Pete Maravich had a close relationship with his father. The elder Maravich introduced the fundamentals of basketball to seven-year old Pete. He spent long hours drilling Pete with rigorous passing, long shots and tricks. On his high school team, the accomplished Pete was averaging 33 points per game. His unorthodox style of shooting the ball from his side earned him the nickname “Pistol Pete.”
After high school, Pete took an offer to play for LSU. (His father was the basketball coach.) In his first game as a freshman, he put up 50 points. Later, on the varsity squad, he averaged 44 points per game. His NCAA record of 3,667 points still stands. This was in the days before the three-point line and the shot clock were introduced.
Pete played for three NBA teams and was a 5-time All Star and was respected by fans and fellow players. However, knee injuries forced him to retire after 10 seasons. He was inducted into the Basketball Hall of Fame. The Hall cited Pete as “perhaps the greatest creative offensive talent in history.”
After retirement, Pete had varied interests. He studied Hinduism and yoga. He adopted a vegetarian diet. He investigated UFO sightings. He embraced Evangelical Christianity, saying that he hoped to be remembered as a Christian, not a basketball player.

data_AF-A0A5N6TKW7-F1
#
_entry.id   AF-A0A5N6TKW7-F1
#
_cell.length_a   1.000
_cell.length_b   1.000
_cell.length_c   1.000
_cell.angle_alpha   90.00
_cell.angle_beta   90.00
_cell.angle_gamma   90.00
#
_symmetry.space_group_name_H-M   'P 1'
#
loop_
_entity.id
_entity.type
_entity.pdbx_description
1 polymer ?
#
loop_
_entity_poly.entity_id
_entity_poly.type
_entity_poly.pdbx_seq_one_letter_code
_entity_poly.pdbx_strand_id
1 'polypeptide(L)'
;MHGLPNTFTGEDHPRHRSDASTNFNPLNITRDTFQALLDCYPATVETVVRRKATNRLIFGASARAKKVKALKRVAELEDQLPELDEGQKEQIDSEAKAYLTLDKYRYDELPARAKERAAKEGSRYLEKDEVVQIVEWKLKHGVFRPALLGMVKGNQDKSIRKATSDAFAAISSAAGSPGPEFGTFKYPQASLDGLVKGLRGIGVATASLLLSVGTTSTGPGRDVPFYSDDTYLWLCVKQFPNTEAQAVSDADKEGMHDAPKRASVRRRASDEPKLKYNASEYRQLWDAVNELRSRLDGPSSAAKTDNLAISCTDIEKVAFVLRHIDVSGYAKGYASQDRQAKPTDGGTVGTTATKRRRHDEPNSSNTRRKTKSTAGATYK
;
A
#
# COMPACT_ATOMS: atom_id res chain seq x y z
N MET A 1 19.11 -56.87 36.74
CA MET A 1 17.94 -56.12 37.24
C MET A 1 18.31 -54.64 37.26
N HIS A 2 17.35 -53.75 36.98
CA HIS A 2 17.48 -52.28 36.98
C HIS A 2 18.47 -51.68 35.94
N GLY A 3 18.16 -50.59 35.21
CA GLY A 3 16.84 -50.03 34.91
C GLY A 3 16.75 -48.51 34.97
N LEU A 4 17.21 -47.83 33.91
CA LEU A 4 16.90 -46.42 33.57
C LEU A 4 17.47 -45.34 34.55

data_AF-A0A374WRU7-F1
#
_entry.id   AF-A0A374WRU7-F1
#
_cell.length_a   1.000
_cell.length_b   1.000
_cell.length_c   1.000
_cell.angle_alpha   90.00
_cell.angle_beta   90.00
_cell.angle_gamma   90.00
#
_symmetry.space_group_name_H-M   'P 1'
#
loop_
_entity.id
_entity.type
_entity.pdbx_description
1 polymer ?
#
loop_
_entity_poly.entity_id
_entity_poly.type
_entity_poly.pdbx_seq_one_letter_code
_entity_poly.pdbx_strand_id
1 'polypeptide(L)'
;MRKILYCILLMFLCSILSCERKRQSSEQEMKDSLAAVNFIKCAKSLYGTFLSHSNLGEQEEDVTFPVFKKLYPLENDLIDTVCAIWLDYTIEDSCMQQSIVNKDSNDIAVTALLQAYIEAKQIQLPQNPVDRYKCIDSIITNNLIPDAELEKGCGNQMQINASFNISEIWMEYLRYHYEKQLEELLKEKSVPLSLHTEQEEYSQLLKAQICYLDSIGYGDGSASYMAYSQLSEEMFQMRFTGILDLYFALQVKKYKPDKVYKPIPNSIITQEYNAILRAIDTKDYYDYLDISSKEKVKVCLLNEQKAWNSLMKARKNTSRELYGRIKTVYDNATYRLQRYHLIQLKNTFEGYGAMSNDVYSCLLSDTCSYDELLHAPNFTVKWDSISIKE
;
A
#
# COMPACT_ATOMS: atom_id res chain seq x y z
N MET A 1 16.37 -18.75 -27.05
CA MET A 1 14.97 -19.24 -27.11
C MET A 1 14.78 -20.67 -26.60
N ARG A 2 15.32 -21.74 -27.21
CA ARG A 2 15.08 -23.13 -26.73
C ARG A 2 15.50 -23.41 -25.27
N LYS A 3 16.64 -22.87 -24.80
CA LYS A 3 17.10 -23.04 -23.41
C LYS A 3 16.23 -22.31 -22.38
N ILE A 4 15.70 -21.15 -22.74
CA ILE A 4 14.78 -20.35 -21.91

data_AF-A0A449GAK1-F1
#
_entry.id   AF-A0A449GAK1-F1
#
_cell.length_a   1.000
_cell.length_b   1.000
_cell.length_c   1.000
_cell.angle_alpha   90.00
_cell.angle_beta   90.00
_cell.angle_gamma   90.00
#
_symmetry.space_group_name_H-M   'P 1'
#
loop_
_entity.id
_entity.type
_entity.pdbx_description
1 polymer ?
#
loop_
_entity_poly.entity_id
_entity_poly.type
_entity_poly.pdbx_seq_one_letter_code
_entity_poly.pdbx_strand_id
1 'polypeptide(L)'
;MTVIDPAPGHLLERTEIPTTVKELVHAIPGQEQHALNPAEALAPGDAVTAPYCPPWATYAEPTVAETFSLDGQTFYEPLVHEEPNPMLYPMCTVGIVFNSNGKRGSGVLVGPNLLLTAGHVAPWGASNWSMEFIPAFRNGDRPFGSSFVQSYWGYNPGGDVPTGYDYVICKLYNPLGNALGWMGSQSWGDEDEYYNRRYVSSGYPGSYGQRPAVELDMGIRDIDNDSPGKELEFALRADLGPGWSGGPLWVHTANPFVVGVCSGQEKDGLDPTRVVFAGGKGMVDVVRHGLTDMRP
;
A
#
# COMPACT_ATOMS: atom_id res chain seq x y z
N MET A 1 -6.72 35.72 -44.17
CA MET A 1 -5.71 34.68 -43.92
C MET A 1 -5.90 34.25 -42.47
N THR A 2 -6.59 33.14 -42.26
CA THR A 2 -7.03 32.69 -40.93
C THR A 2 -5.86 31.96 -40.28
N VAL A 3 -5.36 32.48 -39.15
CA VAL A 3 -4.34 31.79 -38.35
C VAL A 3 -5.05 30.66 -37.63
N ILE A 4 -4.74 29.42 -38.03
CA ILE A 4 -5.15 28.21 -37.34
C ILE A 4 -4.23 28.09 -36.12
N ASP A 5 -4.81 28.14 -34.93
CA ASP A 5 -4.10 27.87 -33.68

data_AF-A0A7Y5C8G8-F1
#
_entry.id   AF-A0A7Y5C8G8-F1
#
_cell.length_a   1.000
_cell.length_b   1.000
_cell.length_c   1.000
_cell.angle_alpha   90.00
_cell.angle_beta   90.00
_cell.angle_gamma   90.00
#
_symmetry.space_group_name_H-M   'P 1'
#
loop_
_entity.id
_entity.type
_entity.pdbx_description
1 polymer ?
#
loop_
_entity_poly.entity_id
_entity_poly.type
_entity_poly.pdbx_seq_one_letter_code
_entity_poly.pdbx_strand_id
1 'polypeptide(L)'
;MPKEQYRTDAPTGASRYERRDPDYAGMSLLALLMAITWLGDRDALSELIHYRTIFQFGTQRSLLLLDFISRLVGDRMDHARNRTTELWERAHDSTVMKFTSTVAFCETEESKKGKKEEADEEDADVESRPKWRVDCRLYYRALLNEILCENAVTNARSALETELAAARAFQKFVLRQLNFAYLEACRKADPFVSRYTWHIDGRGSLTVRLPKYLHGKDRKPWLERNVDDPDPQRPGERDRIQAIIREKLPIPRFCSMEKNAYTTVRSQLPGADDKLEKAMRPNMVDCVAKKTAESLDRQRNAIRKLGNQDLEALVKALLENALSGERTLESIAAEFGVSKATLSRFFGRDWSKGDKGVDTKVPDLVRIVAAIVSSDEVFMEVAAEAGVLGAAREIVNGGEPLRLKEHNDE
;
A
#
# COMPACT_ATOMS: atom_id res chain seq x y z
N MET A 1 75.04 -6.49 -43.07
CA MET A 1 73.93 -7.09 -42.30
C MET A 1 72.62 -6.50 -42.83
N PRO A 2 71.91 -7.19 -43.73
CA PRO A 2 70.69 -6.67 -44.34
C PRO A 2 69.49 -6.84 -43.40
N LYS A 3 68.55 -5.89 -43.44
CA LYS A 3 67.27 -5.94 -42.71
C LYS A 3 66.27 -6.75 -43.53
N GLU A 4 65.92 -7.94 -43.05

In 1988, Pete suffered a fatal heart attack during a pick-up game in a church gym. Just minutes before he died, he said “I feel great” — his last words. It was later discovered that Pete had a congenital heart defect that should have taken his life years earlier.
Prophetically, Pete gave an interview after just four years in the NBA, saying, “I don’t want to play 10 years and then die of a heart attack at the age of 40.”
Pete Maravich passed away at 40 years old.